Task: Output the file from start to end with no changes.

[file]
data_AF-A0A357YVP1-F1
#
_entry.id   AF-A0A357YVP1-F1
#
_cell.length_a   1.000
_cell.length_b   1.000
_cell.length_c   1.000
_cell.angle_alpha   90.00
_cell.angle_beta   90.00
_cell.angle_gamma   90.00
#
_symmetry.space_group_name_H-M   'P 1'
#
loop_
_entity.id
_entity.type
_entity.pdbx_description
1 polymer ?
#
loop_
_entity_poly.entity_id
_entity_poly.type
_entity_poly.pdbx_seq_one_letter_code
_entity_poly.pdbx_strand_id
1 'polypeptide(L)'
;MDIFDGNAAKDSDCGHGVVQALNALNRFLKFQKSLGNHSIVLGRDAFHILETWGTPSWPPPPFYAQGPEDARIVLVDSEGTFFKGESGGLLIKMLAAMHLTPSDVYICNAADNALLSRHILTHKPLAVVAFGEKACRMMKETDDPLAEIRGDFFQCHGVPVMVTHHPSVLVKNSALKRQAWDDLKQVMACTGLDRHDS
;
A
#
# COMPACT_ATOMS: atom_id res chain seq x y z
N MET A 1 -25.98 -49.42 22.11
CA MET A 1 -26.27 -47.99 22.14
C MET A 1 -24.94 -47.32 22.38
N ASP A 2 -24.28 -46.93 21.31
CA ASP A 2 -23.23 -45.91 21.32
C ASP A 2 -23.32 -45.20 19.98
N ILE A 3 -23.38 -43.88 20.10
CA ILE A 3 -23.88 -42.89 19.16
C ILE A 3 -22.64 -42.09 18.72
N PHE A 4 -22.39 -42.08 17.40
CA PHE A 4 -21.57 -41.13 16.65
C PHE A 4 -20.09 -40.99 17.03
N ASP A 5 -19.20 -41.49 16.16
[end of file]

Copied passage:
data_AF-A0A357YVP1-F1
#
_entry.id   AF-A0A357YVP1-F1
#
_cell.length_a   1.000
_cell.length_b   1.000
_cell.length_c   1.000
_cell.angle_alpha   90.00
_cell.angle_beta   90.00
_cell.angle_gamma   90.00
#
_symmetry.space_group_name_H-M   'P 1'
#
loop_
_entity.id
_entity.type
_entity.pdbx_description
1 polymer ?
#
loop_
_entity_poly.entity_id
_entity_poly.type
_entity_poly.pdbx_seq_one_letter_code
_entity_poly.pdbx_strand_id
1 'polypeptide(L)'
;MDIFDGNAAKDSDCGHGVVQALNALNRFLKFQKSLGNHSIVLGRDAFHILETWGTPSWPPPPFYAQGPEDARIVLVDSEGTFFKGESGGLLIKMLAAMHLTPSDVYICNAADNALLSRHILTHKPLAVVAFGEKACRMMKETDDPLAEIRGDFFQCHGVPVMVTHHPSVLVKNSALKRQAWDDLKQVMACTGLDRHDS
;
A
#
# COMPACT_ATOMS: atom_id res chain seq x y z
N MET A 1 -25.98 -49.42 22.11
CA MET A 1 -26.27 -47.99 22.14
C MET A 1 -24.94 -47.32 22.38
N ASP A 2 -24.28 -46.93 21.31
CA ASP A 2 -23.23 -45.91 21.32
C ASP A 2 -23.32 -45.20 19.98
N ILE A 3 -23.38 -43.88 20.10
CA ILE A 3 -23.88 -42.89 19.16
C ILE A 3 -22.64 -42.09 18.72
N PHE A 4 -22.39 -42.08 17.40
CA PHE A 4 -21.57 -41.13 16.65
C PHE A 4 -20.09 -40.99 17.03
N ASP A 5 -19.20 -41.49 16.16